Iraq's Sunnis Ask U.S. For Help

An Iraqi volunteer pastes posters encouraging Iraqis to vote for the new constitution in a national referendum on Oct. 15, in southern city of Basra, south of Baghdad, Sunday, Aug. 21, 2005. Talks on Iraq's new constitution have stalled over the role of Islam and the distribution of the country's oil wealth. Iraqis have until Monday night to complete work on the draft, otherwise parliament must dissolve.
A day before the deadline for the new constitution, Sunni Arabs appealed Sunday to the United States to prevent Shiites and Kurds from pushing a draft through parliament without their consent, warning it would only worsen the crisis in Iraq.

Leaders of the Sunni Arab, Shiite and Kurdish factions planned make-or-break talks for 11 a.m. Monday, according to officials of all three groups. "I am not optimistic," Sunni Arab negotiator Kamal Hamdoun said. "We either reach unanimity or not."

Iraqi officials insisted they would meet the new Monday deadline and present a final document to the National Assembly, dominated by Shiites and Kurds. But the chief government spokesman suggested another delay may be necessary.

The deadline for a new constitution already was extended by a week last Monday after negotiators failed to agree on a number of contentious issues, including federalism, distribution of Iraq's oil wealth, power relationships among the provinces and the role of the Shiite clerical hierarchy in Najaf.

Since then, Shiite and Kurdish negotiators have reportedly agreed on a number of issues. Vice President Adil Abdul-Mahdi, a Shiite, said 97 percent of the draft had been finished and predicted the document would be forwarded to parliament on time Monday.

CBS News Correspondent Lara Logan reports that Sunnis and Shiites found rare common ground in rejecting proposals that would split Iraq into federal states, depriving the central government of control over the nation's oil.

Government spokesman Laith Kubba expressed hope that political leaders would complete the draft by the deadline. If not, Kubba said there were two options: amend the interim constitution again and extend the deadline or dissolve parliament.

But the Sunni Arabs complained that they have been sidelined in the talks and have only been invited to one session with the other groups since the extension was granted.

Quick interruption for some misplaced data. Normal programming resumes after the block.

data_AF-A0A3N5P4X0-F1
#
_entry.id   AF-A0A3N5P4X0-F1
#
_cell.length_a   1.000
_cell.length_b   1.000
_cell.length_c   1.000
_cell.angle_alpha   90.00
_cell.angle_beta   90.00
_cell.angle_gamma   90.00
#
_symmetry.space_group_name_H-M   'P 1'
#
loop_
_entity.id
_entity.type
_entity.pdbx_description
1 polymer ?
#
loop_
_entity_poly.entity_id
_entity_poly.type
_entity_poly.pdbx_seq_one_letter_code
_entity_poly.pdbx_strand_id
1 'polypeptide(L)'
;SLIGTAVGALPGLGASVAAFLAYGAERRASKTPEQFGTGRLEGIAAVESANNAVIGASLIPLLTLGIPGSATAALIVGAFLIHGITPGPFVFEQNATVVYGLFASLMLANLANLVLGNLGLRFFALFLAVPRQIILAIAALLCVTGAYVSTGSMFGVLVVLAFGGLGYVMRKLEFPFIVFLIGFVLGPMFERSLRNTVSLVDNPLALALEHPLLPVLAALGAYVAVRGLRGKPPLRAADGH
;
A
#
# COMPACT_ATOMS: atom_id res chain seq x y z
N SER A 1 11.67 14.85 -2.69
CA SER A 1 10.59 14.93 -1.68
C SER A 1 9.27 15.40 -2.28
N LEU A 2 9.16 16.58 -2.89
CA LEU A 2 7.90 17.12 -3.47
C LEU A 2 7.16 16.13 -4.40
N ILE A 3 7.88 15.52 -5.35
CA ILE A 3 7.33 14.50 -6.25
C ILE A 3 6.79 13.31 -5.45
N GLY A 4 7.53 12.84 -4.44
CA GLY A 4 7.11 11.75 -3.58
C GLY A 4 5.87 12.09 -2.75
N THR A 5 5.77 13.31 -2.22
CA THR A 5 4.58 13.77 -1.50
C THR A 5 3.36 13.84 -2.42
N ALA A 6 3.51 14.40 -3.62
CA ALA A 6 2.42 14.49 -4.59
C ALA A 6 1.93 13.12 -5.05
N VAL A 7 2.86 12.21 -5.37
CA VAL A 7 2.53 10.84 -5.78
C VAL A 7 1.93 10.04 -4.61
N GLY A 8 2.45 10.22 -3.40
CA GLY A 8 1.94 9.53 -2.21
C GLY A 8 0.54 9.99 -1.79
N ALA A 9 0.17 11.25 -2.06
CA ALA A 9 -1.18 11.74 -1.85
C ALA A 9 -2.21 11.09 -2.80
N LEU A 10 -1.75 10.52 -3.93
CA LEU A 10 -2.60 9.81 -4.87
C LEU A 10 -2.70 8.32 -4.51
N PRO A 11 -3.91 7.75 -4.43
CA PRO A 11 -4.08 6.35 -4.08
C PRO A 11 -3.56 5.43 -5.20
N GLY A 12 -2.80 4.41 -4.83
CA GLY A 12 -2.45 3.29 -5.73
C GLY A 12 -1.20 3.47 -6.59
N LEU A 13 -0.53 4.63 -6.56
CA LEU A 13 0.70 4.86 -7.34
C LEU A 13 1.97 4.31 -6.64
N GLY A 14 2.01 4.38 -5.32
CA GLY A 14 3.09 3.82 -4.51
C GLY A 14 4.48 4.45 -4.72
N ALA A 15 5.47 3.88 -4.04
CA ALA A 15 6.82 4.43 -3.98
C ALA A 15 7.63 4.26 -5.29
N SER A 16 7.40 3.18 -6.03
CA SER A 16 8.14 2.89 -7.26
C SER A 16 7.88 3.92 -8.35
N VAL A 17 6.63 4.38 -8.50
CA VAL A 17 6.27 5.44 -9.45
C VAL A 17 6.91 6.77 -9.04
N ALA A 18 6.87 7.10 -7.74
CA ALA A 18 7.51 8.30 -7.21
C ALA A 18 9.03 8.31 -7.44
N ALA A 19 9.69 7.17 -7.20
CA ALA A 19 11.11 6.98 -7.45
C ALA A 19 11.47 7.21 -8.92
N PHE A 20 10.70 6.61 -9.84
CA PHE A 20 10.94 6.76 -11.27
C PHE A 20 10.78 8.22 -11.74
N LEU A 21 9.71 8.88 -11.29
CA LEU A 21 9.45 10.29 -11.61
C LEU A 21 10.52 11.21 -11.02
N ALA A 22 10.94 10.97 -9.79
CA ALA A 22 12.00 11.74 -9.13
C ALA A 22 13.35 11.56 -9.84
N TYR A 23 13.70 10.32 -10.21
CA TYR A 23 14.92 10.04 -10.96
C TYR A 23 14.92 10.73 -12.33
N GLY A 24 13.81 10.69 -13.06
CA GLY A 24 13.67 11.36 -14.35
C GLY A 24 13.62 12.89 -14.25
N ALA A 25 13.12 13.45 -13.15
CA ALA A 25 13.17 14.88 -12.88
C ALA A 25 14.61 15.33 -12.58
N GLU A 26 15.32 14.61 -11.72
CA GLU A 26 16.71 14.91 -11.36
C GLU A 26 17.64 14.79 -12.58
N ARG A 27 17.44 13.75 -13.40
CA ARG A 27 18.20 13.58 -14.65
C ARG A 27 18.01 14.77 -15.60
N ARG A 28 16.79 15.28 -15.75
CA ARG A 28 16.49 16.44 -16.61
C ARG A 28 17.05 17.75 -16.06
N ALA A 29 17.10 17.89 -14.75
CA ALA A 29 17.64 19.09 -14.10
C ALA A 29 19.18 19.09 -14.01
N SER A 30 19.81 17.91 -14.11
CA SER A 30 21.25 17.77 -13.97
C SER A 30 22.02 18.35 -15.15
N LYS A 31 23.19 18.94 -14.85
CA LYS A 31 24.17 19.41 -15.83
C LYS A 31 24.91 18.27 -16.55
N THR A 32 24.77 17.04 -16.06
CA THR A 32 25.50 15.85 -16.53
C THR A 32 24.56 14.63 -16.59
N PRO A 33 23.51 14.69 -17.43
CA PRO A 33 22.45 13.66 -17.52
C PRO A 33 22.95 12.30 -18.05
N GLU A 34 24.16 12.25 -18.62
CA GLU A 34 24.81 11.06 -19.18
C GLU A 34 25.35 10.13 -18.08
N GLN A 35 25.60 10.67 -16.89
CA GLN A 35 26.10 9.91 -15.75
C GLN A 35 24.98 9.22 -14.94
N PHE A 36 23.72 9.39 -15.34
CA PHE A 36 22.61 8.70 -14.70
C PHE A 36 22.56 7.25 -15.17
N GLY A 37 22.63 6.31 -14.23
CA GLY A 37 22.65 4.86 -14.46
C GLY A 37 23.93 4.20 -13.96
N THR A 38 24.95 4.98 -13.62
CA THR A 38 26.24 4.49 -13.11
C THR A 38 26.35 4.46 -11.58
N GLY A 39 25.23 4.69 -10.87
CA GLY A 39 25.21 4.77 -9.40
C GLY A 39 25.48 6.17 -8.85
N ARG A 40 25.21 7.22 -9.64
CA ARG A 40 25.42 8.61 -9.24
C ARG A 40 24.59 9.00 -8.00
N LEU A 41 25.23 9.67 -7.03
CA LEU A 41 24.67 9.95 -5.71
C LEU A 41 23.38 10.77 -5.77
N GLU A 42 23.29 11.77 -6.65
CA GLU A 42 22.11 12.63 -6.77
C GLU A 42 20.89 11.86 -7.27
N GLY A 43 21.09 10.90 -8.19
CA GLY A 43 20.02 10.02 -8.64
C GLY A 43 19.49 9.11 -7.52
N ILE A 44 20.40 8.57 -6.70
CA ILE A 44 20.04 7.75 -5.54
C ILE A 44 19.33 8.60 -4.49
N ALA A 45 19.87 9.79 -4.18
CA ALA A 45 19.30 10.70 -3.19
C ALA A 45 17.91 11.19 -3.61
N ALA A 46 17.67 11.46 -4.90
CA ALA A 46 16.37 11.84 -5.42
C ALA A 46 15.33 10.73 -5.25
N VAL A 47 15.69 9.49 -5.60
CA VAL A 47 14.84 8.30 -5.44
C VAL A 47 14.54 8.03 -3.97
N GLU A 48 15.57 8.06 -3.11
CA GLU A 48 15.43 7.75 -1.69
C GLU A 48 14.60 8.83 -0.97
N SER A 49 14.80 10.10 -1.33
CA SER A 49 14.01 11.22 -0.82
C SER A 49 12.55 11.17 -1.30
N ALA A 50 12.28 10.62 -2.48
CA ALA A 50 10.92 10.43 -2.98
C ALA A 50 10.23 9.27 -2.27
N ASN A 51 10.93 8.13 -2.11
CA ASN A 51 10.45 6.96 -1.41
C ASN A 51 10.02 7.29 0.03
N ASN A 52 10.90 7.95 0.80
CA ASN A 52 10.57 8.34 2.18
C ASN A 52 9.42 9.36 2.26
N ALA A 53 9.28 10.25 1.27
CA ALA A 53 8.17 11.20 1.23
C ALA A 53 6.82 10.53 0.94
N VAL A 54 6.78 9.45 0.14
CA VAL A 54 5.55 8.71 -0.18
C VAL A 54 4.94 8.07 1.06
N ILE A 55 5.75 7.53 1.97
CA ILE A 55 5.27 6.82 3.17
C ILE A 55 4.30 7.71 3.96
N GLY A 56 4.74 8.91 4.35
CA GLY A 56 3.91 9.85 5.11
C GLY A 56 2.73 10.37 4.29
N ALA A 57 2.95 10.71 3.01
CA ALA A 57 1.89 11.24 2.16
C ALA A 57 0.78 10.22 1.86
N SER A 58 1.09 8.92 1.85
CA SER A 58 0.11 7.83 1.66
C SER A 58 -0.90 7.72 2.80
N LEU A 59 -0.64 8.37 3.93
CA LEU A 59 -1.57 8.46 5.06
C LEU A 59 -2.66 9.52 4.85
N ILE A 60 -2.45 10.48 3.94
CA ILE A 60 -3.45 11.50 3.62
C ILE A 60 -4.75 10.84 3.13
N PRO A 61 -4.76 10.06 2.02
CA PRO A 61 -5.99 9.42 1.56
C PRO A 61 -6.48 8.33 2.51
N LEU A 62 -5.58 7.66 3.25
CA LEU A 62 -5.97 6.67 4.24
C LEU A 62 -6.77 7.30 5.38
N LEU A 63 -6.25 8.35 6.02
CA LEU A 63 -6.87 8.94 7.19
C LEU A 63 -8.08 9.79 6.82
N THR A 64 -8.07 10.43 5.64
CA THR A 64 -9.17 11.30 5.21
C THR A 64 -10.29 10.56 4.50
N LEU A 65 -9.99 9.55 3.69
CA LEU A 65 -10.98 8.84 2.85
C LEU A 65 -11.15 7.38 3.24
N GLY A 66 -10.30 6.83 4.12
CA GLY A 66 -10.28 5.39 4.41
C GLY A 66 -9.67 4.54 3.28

In other recent developments:

  • An American soldier was killed Sunday by a roadside bomb near the northern city of Tikrit, the U.S. military said. As of Saturday, at least 1,865 members of the U.S. military have died since the beginning of the Iraq war in March 2003, according to an Associated Press count.
  • A leading Republican senator says the longer the U.S. spends in Iraq, the more that conflict starts looking like the Vietnam War. Vietnam veteran Chuck Hagel told ABC the U.S. needs to draft a strategy to leave Iraq. The Nebraska senator says a "stay the course" policy isn't working — and he says more troops aren't the answer, either.
  • Ousted Iraqi leader Saddam Hussein sought in a published letter to cast himself as a martyr, telling an old friend that his "soul and existence is to be sacrificed" for the Arab cause. The Jordanian friend received the letter through the International Committee of the Red Cross, which verified its authenticity and said it had been censored by Saddam's American captors in Iraq. "My soul and my existence is to be sacrificed for our precious Palestine and our beloved, patient and suffering Iraq," said the letter, which was published in two Jordanian newspapers Sunday and made available to The Associated Press.
  • Baghdad city councilman Sabir al-Issawi was in serious condition after a Saturday ambush that left one of his bodyguards dead and three others wounded, officials said.
  • A car bomb went off near a restaurant in Baghdad's Shiite district of Kazimiyah, killing four civilians and wounding nine, police said.

    Meanwhile, as of late Sunday, Sunni Arab negotiators said they were sticking by their opposition to federalism and their other demands.

    "At a time when there are few hours left to announce the draft, we still see no active coordination and seriousness to draft the constitution," the Sunni Arab negotiators said in a statement.

    They urged the United States, the United Nations and the international community to intervene to prevent a draft from moving forward without unanimous agreement among all three factions — a move which "would make the current crisis more complicated."

    • Stephen Smith

      Stephen Smith is a senior editor for